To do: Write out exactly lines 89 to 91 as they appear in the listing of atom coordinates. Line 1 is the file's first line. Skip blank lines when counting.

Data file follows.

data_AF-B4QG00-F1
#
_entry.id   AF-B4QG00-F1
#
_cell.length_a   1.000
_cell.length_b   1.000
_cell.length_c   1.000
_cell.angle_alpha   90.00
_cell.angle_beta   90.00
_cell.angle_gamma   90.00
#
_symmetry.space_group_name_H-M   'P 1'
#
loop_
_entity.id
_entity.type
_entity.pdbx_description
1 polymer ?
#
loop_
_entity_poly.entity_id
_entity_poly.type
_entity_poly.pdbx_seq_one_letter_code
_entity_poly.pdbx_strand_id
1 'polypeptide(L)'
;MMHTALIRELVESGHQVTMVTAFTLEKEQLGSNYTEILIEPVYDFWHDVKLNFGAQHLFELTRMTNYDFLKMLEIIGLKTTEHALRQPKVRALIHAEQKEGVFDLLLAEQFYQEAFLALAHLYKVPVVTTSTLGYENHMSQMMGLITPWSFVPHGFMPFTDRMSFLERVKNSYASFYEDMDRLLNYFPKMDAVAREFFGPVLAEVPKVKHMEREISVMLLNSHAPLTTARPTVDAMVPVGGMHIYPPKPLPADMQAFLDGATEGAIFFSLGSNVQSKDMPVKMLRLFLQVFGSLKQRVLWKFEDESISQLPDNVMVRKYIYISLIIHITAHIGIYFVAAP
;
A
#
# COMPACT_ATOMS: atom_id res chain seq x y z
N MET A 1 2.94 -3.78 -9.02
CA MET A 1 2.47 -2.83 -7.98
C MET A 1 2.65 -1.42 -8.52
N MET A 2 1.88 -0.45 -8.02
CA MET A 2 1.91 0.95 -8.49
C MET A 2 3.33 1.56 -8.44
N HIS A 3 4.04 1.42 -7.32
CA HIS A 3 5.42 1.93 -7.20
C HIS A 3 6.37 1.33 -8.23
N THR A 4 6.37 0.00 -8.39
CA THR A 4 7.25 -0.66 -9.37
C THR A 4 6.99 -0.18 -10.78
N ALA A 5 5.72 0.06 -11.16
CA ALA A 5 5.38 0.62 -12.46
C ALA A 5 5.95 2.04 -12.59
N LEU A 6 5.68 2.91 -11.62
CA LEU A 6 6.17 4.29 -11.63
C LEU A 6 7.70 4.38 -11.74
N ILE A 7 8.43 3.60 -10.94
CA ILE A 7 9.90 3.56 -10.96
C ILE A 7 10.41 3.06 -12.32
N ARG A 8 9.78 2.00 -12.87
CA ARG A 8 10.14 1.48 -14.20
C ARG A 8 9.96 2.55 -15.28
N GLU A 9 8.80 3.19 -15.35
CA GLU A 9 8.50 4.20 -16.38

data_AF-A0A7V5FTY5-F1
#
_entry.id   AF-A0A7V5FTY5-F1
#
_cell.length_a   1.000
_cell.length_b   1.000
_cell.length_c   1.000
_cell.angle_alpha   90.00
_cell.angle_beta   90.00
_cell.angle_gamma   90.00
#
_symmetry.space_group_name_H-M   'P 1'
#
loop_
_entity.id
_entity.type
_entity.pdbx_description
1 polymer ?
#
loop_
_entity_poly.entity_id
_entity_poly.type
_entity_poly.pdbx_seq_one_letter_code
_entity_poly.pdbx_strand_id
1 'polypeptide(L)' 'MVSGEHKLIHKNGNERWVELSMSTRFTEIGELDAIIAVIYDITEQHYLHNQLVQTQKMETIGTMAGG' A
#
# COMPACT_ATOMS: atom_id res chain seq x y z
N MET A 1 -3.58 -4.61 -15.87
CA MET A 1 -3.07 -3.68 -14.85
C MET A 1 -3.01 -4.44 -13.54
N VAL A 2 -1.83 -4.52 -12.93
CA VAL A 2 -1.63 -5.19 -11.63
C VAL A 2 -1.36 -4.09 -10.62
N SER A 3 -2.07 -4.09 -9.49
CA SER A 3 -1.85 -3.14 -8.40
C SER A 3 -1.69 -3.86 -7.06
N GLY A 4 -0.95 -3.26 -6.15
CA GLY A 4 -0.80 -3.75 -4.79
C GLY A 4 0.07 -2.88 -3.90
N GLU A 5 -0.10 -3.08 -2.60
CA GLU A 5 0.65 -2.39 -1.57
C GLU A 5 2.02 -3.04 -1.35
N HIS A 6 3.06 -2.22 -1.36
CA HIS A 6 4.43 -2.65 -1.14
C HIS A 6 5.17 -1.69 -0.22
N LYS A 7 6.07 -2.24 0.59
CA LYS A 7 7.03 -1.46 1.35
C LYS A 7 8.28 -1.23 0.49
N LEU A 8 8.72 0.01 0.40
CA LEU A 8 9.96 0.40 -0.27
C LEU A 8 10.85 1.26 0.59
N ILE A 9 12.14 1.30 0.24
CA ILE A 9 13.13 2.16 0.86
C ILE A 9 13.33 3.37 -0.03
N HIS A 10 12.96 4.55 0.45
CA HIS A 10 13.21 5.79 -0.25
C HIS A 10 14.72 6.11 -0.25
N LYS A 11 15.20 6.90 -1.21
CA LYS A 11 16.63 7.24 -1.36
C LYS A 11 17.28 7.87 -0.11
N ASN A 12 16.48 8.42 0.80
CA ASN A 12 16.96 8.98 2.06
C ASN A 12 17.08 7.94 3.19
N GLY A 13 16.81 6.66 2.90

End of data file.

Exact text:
C VAL A 2 -1.36 -4.09 -10.62
N SER A 3 -2.07 -4.09 -9.49
CA SER A 3 -1.85 -3.14 -8.40